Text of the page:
But I would argue that the best scholars of those institutions study the material in more depth and in a livelier environment, considering the context of monastic debate.
Also, academic study of the Buddhist texts is greatly hindered from a practice perspective by the necessarily atheistic template of research at the modern universities. Don't get me wrong, I am grateful for critical academic studies and find them fascinating and informative reading, but I don't think a poor practitioner thinking of enrolling in an expensive university program for "their practice" would find it the best go.
That's unfortunate, isn't it? A scholar with the title of Geshe or Khenpo, and they don't adequately study the ancestral language of their textual tradition(s).
I still think the classical Tibetan and Chinese traditions are very much "living" traditions. For whatever reasons, the Mahayana world is not like the Theravada world where Pali is the scholastic lingua franca. The Tibetans still manage to have a pretty good degree of scholarship and a wide variety of viewpoints on difficult topics within their own language.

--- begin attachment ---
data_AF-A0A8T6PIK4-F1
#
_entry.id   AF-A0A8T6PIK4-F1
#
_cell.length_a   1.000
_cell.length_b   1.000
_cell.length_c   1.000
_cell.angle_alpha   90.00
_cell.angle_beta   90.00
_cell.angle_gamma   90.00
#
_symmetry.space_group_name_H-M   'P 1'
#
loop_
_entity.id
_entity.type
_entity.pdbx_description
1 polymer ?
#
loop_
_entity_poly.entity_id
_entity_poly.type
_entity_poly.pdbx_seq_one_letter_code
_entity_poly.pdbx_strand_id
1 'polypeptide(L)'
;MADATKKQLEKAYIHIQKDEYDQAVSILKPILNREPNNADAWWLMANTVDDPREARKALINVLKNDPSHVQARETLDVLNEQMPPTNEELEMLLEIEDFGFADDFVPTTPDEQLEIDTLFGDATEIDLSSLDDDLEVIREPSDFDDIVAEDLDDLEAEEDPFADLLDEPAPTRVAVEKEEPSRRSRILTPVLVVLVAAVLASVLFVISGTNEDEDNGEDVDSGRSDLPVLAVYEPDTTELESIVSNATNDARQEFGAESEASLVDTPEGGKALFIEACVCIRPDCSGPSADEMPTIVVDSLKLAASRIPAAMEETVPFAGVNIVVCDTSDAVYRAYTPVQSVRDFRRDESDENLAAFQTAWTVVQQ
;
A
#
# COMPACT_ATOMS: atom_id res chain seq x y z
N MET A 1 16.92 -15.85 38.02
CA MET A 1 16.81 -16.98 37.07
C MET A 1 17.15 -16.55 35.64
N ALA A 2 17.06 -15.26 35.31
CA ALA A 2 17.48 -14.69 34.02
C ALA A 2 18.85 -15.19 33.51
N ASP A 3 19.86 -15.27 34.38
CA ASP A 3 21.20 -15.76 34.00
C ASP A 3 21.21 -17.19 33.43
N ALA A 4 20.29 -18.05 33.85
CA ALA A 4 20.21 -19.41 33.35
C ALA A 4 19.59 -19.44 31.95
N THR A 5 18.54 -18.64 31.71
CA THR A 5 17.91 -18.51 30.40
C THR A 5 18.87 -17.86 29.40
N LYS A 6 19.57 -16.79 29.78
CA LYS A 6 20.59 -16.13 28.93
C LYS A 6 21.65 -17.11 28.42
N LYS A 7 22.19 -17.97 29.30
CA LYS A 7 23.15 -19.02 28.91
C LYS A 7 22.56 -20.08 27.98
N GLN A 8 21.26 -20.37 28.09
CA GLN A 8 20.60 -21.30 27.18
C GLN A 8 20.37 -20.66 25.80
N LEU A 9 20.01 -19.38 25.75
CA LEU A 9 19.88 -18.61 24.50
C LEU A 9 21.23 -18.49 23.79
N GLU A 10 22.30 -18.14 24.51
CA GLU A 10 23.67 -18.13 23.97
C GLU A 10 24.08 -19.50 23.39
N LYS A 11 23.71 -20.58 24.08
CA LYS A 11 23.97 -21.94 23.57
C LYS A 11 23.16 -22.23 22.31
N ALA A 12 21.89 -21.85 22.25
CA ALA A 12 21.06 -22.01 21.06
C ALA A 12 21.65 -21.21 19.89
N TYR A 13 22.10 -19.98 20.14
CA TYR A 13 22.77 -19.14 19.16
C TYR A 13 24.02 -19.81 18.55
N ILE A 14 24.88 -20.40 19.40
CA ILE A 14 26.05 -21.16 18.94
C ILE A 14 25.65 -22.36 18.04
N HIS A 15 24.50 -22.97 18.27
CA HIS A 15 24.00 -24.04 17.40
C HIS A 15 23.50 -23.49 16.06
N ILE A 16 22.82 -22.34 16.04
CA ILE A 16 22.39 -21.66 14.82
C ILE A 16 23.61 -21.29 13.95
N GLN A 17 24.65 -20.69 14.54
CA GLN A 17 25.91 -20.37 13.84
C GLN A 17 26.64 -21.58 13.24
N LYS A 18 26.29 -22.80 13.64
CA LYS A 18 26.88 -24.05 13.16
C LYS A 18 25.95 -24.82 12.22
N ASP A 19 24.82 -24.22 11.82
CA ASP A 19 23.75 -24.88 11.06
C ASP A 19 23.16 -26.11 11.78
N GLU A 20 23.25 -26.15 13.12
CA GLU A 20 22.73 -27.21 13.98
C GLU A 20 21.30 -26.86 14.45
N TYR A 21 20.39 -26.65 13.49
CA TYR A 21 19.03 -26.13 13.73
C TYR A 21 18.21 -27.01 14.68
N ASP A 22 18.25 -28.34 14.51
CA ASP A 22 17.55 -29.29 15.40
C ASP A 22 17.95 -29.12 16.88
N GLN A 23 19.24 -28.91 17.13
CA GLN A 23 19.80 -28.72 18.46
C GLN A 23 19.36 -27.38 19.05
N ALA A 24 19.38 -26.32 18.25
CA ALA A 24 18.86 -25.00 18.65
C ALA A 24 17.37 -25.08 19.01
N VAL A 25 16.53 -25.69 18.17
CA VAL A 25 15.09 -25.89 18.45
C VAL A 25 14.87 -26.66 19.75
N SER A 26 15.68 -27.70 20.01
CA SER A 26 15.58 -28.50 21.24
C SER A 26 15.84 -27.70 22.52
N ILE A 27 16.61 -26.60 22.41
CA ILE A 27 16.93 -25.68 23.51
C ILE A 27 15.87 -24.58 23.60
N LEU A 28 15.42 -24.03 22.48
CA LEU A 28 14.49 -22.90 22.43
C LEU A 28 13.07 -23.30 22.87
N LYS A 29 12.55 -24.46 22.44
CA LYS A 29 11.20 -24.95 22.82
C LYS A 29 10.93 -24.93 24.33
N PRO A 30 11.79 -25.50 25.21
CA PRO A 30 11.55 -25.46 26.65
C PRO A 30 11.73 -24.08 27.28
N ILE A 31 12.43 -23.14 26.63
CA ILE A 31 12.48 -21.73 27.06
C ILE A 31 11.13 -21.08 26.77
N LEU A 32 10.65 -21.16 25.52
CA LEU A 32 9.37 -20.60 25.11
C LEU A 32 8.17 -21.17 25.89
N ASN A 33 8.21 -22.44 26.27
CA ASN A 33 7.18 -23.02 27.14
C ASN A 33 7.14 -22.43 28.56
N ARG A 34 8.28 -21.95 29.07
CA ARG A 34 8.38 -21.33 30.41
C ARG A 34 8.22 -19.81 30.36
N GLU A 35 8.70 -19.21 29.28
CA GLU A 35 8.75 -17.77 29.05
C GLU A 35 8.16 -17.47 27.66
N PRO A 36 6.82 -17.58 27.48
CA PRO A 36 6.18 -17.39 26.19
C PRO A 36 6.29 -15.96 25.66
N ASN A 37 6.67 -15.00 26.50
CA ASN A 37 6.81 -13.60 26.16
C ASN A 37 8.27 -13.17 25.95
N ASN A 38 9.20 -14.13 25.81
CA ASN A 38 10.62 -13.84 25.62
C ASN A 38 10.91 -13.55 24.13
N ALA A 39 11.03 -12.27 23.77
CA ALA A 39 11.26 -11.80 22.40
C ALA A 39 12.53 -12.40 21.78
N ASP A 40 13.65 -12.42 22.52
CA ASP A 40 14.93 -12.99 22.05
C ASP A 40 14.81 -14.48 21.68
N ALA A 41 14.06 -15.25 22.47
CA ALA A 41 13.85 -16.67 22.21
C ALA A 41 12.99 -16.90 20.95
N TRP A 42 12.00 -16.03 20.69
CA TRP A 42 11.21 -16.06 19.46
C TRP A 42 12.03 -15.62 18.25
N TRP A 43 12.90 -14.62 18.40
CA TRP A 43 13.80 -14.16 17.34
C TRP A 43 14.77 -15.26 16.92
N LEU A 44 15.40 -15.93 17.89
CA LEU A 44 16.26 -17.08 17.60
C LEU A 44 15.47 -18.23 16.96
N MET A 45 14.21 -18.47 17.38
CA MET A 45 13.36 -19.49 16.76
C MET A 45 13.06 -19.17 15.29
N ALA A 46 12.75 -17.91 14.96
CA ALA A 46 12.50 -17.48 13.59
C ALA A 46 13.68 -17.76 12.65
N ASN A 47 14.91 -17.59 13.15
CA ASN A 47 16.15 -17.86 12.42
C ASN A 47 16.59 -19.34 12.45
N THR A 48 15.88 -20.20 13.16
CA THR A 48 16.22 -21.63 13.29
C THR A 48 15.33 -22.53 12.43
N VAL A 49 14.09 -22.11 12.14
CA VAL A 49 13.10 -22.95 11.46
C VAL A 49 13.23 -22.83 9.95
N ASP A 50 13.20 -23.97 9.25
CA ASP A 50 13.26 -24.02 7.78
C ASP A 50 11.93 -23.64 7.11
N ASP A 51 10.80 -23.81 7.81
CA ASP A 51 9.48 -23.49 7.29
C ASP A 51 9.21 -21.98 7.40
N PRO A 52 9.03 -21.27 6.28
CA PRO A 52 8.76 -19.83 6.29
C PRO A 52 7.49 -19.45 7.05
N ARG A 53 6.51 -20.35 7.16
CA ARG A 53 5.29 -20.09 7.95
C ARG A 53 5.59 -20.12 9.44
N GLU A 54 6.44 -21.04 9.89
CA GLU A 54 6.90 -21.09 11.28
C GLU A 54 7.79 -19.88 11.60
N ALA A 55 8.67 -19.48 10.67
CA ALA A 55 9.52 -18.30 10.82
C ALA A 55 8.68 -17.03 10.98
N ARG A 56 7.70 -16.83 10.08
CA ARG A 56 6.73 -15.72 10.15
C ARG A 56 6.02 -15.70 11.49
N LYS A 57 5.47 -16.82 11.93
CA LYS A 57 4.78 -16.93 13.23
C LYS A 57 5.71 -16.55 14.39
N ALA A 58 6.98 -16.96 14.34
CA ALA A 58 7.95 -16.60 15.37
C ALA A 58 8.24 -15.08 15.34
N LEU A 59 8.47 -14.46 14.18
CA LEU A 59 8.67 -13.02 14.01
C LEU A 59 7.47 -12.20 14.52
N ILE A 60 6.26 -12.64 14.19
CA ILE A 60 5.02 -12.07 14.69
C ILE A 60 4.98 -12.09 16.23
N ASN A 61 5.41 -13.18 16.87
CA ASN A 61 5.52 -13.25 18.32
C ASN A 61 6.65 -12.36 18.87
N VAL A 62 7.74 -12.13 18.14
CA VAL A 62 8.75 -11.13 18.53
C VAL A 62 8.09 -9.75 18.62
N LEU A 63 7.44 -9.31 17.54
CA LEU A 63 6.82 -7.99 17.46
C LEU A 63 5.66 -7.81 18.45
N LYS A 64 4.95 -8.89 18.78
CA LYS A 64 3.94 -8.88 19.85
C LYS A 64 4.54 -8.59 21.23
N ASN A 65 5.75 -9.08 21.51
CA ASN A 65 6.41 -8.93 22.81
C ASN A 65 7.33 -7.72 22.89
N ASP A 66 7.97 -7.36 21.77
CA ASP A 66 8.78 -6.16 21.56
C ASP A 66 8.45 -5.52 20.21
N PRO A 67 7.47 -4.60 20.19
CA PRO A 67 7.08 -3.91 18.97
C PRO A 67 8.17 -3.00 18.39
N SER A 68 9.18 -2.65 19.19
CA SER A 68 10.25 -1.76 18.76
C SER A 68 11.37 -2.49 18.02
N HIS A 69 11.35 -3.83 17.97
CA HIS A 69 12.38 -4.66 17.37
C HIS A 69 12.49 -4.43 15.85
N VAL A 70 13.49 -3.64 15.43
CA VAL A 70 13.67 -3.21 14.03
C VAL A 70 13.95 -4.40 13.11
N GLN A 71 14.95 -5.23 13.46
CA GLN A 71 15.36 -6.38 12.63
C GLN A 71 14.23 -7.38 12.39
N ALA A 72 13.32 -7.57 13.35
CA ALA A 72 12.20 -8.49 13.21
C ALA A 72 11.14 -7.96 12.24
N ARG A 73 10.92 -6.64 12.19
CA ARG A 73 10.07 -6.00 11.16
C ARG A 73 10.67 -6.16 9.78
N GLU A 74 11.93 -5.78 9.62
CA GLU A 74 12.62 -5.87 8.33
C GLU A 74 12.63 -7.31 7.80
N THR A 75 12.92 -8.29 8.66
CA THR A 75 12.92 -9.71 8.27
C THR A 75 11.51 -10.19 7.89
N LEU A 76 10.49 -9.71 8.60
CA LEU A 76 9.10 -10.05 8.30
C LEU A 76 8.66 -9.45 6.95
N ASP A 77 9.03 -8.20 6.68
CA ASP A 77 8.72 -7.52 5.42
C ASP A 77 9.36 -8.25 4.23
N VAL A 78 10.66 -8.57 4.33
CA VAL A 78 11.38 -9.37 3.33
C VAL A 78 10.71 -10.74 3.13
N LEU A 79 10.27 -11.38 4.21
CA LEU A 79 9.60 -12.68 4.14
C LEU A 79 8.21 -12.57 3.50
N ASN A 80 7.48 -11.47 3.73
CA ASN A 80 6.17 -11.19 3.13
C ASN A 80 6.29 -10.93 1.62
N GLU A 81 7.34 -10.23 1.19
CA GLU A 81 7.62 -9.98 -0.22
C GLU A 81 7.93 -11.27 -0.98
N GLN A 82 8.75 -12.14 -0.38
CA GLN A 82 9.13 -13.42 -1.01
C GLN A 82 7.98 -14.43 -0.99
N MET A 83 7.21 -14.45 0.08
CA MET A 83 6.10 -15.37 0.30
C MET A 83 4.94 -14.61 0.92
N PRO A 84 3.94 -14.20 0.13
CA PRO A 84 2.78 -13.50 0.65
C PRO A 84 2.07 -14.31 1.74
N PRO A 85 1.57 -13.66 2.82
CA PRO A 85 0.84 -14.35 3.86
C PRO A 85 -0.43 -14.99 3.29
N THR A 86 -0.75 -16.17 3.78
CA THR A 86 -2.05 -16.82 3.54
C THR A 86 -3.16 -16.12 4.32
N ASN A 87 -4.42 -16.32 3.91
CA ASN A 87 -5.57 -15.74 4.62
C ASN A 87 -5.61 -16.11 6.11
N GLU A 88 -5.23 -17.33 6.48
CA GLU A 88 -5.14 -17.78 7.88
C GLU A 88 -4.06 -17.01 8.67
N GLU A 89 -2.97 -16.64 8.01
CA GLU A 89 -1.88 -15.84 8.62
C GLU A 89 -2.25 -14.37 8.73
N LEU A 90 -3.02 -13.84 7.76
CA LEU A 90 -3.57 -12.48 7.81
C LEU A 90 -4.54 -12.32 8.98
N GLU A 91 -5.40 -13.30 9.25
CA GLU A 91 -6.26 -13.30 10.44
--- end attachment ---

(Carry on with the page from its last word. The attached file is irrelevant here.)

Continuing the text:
Where I do see the gap, though, is in the knowledge of "outside tenants". Jamyang Shaypa's "Great Exposition of Tenants" for example includes some very mistaken interpretations of Indian schools of Sanatana Dharma. Perhaps with Sanskrit scholarship such misunderstandings would have been less rife.